Archive by category | Society

The deck stacked against women in science


The player on my left has the biochemist Maud Menten’s career well on track. Suddenly another player slaps a “stupid patriarchy” card on Menten’s head, and she has to earn her doctorate all over again. So goes a novel card game devoted to women in science and engineering, designed to highlight these unsung researchers and the barriers and boons that women in these fields experience.  Read more

Bricks + Mortals: mapping the racist roots of science

Subhadra Das,xxx

If walls could speak: the saying might have been tailor-made for University College London’s new exhibition. Bricks + Mortals uses the campus buildings to tell the story of how eugenics gained a foothold at the university over a century ago. The epicentre, a lab for “national eugenics”, was set up in the early 1900s by Francis Galton, the Victorian mathematician and ‘father of eugenics’ whose crude bolting of statistics to human variety marks a nadir of modern science. Several UCL buildings and lecture theatres still bear the names of eugenicists.  Read more

Superbugs: fighting the flood of antimicrobial resistance

View of the monumental 'wall' and xxx at the exhibition.

Antimicrobial resistance has spread to London this month. The source of the outbreak? The Science Museum: its new exhibition, Superbugs, explores this monumental issue and our responses to it.  Read more

Women in Medicine: opening the clinic door

Asha Kasliwal, xxx, holds portrait of xxx in the Women in Medicine exhibition at the xxx.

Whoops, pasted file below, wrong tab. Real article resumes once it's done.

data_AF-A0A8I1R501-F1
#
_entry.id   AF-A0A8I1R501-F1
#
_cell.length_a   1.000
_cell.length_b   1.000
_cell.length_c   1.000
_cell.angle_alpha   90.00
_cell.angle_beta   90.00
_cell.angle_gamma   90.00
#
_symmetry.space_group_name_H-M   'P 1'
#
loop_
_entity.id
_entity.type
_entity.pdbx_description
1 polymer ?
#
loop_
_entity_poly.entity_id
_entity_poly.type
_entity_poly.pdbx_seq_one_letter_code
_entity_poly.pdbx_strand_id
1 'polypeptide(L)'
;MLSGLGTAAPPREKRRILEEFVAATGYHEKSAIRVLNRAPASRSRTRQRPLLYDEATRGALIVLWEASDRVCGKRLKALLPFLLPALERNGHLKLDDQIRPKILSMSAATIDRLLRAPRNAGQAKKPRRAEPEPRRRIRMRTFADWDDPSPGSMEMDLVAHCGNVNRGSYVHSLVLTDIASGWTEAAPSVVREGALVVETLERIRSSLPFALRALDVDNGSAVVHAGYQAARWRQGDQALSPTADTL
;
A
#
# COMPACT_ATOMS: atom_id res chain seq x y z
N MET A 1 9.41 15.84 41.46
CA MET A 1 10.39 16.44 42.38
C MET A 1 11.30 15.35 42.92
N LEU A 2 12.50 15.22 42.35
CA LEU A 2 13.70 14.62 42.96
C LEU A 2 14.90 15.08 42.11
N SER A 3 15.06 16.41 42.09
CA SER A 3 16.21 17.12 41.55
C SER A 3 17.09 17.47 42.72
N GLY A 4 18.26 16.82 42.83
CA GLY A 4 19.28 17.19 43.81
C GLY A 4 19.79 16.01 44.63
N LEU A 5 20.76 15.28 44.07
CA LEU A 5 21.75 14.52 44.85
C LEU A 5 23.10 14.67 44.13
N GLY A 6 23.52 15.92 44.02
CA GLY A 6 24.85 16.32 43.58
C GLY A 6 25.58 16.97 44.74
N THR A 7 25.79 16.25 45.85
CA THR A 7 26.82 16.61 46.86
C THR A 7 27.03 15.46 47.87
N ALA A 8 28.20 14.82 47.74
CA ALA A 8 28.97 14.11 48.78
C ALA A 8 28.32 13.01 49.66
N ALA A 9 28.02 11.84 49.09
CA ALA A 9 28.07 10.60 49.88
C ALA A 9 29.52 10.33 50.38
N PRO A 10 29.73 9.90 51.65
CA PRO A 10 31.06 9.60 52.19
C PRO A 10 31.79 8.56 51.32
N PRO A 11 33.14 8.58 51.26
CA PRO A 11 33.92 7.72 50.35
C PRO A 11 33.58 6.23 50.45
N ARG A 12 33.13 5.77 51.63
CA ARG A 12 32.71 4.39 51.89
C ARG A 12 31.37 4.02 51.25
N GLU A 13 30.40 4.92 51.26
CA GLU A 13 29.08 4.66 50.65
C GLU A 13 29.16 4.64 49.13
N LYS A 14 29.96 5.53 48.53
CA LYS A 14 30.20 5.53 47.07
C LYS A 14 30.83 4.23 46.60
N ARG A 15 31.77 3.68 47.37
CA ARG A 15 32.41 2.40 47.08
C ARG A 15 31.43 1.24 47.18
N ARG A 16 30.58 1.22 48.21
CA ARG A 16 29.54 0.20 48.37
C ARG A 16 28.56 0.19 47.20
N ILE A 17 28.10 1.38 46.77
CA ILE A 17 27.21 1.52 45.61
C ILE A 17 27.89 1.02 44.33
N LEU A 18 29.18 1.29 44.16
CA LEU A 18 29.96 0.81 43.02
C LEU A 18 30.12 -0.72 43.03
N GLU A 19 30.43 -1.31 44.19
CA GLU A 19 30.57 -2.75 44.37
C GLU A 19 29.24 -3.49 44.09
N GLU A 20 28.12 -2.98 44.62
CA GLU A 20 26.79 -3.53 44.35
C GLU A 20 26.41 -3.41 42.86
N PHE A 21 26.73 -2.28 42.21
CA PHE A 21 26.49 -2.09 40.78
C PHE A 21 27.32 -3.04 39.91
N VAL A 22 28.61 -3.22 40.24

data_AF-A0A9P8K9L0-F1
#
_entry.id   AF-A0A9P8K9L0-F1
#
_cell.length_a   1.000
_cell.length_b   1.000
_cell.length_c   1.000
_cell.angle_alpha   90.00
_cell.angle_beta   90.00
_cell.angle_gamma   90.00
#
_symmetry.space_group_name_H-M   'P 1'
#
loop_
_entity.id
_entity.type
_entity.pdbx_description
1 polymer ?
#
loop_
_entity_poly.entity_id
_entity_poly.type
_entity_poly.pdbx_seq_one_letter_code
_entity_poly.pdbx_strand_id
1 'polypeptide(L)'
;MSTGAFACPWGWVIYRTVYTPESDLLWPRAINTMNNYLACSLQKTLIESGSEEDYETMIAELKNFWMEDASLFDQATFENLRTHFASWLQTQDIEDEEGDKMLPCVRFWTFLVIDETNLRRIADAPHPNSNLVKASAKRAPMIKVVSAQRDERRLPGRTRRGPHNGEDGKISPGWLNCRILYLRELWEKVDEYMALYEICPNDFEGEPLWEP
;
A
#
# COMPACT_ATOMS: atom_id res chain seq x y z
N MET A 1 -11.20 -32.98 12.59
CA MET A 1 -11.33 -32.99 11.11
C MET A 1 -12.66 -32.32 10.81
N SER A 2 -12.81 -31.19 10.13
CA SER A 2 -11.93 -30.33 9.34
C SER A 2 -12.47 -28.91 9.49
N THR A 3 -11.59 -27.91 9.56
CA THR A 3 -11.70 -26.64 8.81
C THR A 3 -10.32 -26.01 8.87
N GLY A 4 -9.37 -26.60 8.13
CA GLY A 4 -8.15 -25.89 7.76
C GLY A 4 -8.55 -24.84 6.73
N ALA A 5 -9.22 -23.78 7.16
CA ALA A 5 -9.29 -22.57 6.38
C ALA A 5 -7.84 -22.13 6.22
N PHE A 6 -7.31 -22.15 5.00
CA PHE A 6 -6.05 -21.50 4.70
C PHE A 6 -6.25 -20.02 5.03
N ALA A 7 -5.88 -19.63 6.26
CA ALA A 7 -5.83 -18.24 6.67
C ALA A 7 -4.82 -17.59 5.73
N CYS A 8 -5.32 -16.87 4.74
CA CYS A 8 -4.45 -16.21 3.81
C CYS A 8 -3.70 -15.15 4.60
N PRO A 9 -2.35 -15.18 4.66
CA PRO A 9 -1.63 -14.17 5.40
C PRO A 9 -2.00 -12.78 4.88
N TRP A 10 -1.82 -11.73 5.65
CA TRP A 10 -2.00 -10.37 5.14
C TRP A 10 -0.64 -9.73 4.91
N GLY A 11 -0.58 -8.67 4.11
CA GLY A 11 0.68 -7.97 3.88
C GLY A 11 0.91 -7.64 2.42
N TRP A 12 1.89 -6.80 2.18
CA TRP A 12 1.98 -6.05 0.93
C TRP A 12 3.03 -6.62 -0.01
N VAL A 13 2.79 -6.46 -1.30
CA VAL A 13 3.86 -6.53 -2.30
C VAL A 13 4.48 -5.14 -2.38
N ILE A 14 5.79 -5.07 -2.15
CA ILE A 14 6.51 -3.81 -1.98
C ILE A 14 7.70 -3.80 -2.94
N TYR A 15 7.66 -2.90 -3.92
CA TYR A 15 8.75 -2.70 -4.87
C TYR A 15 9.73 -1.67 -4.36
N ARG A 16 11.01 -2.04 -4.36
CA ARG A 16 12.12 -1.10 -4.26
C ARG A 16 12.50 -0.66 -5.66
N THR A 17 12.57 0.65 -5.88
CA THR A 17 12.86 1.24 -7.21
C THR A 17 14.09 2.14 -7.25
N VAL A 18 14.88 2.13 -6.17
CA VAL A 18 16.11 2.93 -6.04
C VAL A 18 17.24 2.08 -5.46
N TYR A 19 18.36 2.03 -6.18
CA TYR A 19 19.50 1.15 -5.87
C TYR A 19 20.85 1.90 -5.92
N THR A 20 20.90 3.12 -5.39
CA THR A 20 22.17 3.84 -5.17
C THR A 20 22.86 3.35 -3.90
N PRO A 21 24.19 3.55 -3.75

Visitors stepping into the Royal College of Physicians (RCP) in London are normally greeted by the sombre stares of imposing men, in portraits lining the walls. From today, women outshine them, in 26 photographic portraits of modern female clinicians ranged along the central stairwell. Each holds an image of a historical figure who inspired them.  Read more

Graphic window on a refugee scientist

Graphic window on a refugee scientist

Graphic artist Erik Nelson Rodriguez is an innovative comics journalist. With reporter Darryl Holliday, he began creating nonfiction stories in graphic-novel form at university, covering issues such as gun violence. In 2016, US National Public Radio (NPR) invited Rodriguez to collaborate on an account of Syrian refugee Nedal Said: a trained microbiologist and teacher, Said fled the war in 2013 and is now a researcher in Leipzig. The result, The Scientist Who Escaped Aleppo, is part of NPR’s special series on refugee scientists: a testament to the ordeals endured, and the extraordinary potential offered, by the refugee community.  Read more

Double Shift: schooling Syria’s child refugees


Imagine this. You’re 12 years old. Half your family has been killed in conflict, and you find yourself in a country where every other word is a mystery. You’re desperate for stability — not least, school enrolment.  Read more

An immortal life: Henrietta Lacks on film

An immortal life: Henrietta Lacks on film

The idea that people should have a say over how their cells are used in research isn’t revolutionary, but it flies in the face of research practices over the past century. That it nearly became law is due in no small part to Rebecca Skloot’s 2010 bestseller The Immortal Life of Henrietta Lacks, the story of the African-American woman living in Baltimore, Maryland, whose fatal tumour – taken by scientists at Johns Hopkins Hospital in 1951 without the knowledge or permission of Lacks or her family — gave rise to the first immortal human cell line, HeLa.  Read more

Imaging exodus: a thermographic lens on refugees


Like war photography, images of the refugee crisis can elicit a disorienting mix of empathy and disbelief. Photographer Nilüfer Demir’s 2015 image of lifeless toddler Alan Kurdi, face down on a Turkish beach, is a case in point. Now film installation Incoming at London’s Barbican, by Irish photographer Richard Mosse, offers an original, unsettling perspective on the crisis.  Read more